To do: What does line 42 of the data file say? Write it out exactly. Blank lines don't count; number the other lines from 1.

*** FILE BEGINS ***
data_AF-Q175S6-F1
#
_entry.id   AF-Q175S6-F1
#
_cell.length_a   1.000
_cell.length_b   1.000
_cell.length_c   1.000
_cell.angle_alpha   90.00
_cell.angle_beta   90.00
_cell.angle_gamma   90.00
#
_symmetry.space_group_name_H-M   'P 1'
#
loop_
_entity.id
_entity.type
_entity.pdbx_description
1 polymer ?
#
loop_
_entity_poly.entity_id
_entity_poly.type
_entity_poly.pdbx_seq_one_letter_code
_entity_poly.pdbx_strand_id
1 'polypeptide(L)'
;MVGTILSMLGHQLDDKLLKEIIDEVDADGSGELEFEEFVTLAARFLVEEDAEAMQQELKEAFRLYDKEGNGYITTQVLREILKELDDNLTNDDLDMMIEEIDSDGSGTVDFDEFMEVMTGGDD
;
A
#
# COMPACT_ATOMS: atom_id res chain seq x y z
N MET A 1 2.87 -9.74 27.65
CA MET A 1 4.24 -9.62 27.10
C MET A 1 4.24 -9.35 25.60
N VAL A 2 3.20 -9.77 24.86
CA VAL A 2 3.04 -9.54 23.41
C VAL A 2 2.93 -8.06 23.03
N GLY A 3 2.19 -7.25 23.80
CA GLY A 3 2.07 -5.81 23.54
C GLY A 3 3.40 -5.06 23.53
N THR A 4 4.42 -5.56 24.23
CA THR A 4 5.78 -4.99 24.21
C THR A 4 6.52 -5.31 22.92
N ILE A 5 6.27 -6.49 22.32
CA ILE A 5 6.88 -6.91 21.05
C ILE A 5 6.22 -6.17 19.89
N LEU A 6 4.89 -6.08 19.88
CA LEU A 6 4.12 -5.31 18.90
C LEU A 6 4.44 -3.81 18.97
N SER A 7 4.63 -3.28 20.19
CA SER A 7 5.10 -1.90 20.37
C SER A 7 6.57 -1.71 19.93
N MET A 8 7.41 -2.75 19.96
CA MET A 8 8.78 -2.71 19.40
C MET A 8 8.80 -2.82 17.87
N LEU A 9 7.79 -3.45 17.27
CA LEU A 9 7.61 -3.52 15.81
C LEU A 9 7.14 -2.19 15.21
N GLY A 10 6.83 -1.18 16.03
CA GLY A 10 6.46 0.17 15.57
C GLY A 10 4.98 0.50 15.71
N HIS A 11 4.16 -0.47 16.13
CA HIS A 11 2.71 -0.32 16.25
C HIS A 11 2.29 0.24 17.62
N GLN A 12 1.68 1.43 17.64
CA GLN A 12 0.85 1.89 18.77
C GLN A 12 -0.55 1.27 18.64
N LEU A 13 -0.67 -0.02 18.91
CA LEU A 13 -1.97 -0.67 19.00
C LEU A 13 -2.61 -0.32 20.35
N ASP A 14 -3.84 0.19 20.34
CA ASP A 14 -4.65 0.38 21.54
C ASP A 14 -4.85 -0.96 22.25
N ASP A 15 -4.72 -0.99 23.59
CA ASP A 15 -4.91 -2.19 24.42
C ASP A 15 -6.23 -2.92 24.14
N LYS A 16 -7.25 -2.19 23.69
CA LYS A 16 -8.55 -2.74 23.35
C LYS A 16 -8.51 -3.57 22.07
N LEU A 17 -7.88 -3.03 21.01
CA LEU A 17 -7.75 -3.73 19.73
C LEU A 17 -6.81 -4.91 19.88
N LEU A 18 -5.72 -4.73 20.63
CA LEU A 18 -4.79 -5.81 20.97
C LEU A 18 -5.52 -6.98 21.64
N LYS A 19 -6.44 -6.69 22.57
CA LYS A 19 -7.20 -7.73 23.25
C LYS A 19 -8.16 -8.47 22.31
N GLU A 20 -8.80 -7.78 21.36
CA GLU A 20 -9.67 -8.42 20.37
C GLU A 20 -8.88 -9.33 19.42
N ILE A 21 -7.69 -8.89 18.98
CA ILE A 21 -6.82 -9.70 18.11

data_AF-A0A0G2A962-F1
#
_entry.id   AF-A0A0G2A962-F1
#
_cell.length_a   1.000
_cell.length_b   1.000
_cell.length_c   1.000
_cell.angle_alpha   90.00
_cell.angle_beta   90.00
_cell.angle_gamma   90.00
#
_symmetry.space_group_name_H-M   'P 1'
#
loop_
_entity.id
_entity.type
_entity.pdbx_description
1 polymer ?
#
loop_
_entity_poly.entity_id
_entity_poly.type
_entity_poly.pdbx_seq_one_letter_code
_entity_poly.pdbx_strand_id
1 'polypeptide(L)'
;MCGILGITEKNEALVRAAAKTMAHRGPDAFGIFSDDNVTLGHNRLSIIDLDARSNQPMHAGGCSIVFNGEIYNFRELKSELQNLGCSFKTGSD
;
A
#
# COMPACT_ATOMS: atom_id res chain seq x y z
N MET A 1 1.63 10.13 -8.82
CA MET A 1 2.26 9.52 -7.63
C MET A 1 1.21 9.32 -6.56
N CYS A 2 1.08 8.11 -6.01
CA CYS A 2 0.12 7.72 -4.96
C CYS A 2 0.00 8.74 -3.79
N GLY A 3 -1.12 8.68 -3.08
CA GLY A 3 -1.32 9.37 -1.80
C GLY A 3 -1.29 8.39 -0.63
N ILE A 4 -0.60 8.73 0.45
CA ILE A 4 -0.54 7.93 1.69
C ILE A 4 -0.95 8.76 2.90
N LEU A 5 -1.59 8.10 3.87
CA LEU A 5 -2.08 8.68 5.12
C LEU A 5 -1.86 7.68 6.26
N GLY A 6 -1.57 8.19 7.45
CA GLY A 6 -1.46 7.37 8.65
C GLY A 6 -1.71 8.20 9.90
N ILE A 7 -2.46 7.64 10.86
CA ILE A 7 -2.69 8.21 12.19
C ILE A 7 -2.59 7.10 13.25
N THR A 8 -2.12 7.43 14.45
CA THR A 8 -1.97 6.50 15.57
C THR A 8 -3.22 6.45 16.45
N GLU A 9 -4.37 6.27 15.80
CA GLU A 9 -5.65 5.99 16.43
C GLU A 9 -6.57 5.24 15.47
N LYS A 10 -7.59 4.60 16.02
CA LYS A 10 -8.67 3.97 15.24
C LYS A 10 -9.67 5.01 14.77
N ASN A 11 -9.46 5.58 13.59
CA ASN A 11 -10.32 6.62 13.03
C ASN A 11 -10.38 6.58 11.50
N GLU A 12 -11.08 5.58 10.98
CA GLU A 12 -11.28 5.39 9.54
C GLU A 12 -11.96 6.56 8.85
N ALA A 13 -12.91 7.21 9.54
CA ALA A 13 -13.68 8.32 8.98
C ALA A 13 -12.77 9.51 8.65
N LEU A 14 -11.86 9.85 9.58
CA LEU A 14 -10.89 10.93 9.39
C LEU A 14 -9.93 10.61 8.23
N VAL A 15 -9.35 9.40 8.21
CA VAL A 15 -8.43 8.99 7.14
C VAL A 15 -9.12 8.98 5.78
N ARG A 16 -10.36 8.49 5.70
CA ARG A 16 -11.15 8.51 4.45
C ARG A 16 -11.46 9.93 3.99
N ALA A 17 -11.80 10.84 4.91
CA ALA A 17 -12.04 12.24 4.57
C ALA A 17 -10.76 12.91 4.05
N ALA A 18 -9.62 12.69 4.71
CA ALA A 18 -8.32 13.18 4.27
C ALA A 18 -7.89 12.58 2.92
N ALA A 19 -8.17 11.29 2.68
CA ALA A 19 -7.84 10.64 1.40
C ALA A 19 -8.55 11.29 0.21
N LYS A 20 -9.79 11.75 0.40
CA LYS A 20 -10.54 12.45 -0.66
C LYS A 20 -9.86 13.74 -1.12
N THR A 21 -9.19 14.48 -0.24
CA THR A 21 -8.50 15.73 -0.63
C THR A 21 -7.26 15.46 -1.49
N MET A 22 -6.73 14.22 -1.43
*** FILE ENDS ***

C THR A 4 6.52 -5.31 22.92